Jacobs, who like Old Blue Eyes’s “ Rat Pack” buddy Sammy Davis Jnr., was both colored and Jewish, was a member of Frank’s inner circle for fifteen years.
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George Jacobs and Frank Sinatra
George Jacobs, one of Hollywood’s more interesting characters, has passed away at the age of 87.
Jacobs succeeded in breaking through into the world of entertainment after completing his service in World War II, initially as a personal assistant, valet and cook to Hollywood super agent Swifty Lazar.
It was in 1953, during his spell working with Swifty that George Jacobs captured the attention of Frank Sinatra, at that time moving into a messy divorce from Ava Gardner. At the outset Hollywood observers reckon that Frank only “head-hunted” Jacobs to get one over on Swifty Lazar, with the pair notorious for their “ love/hate” relationship.
in any event, Frank Sinatra formed a strong friendship and working relationship with Jacobs that lasted for 15 tumultuous years, when Sinatra was at the peak of his fame, and the “Rat Pack” ruled supreme in Hollywood as well as in Las Vegas.
George Jacobs became a regular feature in Sinatra’s entourage, never far from the side, and in the process getting to rub shoulders with some of the most powerful people in the entertainment industry as well as the world of politics.
Inevitably, their friendship and working relationship came to a dramatic end in 1968, when George was photographed by the paparazzi at a nightclub in Los Angeles in the company of Sinatra’s wife, Mia Farrow. At that time, ironically, Frank was in the process of instigating divorce proceedings against Ms. Farrow. Although he pled his innocence, and that meeting Mia was just a chance encounter, Frank was in no mood for backing down and their fifteen year relationship was over as dramatically as it had begun.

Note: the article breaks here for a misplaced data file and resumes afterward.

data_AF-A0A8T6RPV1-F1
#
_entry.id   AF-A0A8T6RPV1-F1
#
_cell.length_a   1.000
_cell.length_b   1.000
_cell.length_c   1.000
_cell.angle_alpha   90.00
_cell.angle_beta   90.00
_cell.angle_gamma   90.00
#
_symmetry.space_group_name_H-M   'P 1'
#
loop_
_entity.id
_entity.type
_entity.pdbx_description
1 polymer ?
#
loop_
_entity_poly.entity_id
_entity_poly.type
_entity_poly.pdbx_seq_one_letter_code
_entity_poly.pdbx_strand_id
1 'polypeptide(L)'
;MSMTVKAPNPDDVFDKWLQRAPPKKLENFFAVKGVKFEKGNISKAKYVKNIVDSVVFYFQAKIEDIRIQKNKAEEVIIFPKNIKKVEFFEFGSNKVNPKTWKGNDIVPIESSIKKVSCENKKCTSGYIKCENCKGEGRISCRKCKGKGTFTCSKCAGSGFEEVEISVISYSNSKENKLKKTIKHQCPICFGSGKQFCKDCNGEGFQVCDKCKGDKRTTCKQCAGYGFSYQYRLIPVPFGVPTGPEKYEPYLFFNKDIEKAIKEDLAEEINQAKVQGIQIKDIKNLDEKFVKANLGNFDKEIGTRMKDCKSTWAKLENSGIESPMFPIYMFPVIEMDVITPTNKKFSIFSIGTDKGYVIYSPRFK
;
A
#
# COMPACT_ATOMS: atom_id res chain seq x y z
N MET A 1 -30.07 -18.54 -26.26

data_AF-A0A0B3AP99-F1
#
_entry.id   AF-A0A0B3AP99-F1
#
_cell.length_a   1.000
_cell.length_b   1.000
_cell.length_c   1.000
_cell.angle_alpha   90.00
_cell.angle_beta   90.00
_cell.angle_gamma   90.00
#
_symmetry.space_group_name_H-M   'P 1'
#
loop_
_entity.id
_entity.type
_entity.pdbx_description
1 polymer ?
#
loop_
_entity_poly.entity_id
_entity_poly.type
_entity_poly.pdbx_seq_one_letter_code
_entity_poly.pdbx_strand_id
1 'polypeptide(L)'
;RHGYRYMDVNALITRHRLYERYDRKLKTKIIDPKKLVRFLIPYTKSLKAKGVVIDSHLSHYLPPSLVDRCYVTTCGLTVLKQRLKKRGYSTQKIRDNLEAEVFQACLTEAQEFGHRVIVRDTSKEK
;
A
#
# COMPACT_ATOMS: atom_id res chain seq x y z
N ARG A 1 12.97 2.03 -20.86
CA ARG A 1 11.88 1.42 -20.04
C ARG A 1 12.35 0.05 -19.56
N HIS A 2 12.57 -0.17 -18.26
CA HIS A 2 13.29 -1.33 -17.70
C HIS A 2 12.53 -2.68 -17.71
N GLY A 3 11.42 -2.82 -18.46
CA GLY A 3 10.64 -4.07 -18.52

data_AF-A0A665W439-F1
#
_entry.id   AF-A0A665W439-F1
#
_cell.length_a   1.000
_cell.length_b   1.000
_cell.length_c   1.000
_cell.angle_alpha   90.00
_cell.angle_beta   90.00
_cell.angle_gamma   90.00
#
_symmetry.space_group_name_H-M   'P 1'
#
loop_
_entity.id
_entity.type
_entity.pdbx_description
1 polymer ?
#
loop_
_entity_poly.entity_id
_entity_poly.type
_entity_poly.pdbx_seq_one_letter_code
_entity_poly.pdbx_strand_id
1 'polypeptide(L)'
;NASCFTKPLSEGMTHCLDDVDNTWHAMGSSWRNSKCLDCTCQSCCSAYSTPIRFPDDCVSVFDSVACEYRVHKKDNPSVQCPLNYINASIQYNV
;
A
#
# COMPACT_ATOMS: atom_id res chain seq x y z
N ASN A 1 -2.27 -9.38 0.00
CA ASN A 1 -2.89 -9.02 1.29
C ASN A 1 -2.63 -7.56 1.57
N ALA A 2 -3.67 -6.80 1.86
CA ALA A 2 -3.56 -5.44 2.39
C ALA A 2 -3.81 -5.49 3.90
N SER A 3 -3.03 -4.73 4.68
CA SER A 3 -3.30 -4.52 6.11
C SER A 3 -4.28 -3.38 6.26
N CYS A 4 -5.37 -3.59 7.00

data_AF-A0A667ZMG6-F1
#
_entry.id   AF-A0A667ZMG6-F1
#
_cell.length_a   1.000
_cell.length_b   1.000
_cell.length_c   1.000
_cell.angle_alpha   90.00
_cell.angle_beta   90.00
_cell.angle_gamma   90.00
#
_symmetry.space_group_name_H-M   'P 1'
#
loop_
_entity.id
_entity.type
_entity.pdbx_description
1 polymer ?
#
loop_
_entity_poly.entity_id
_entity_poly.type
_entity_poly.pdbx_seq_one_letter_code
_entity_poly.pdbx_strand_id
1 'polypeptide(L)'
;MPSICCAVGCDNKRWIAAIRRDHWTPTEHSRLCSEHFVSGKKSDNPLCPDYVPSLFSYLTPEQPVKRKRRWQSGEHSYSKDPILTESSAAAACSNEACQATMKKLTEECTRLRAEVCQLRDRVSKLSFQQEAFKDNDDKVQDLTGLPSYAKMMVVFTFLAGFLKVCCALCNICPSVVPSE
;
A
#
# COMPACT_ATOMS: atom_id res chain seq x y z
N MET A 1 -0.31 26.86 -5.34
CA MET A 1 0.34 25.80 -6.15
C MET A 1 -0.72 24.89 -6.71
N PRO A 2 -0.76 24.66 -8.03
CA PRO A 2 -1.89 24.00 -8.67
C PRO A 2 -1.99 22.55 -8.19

Despite that fact, Jacobs has recalled that he would occasionally receive a small financial gift from Sinatra as well as from his daughter, Tina, although they met only rarely after the termination of his employment.
After he wound up working with Sinatra, Jacobs was reluctant to leave the Hollywood stage appearing in bit parts as an actor in a number of TV series as well as the film “Tilt” starring Brooke Shields in 1979.
During the years 1998- to 1999, George again displayed that he had no hard feelings regarding his time spent with Sinatra by appearing as himself in a season-long theatrical tribute to his former employer which ran at the Annenberg Theater in Palm Springs. California.
In 2003 while already in his late seventies, Jacobs got around to co- writing his autobiography, largely focused around his time with Sinatra, and aptly entitled “Mr. S: My Life With Frank Sinatra.”
The timing of the release may well have taken into account the fact that Sinatra had passed away five years previously. In his autobiography. Jacobs released many snippets of insider information about life in the shadow of Sinatra, including particularly juicy tales of Marilyn Monroe and the late President John F. Kennedy.
At one time there was considerable conjecture that “Mr. S: My Life With Frank Sinatra.” Would actually be released as a film. However the deal fell through, although, according to Jacob’s son Spike, a documentary version of the book is currently under production in Los Angeles.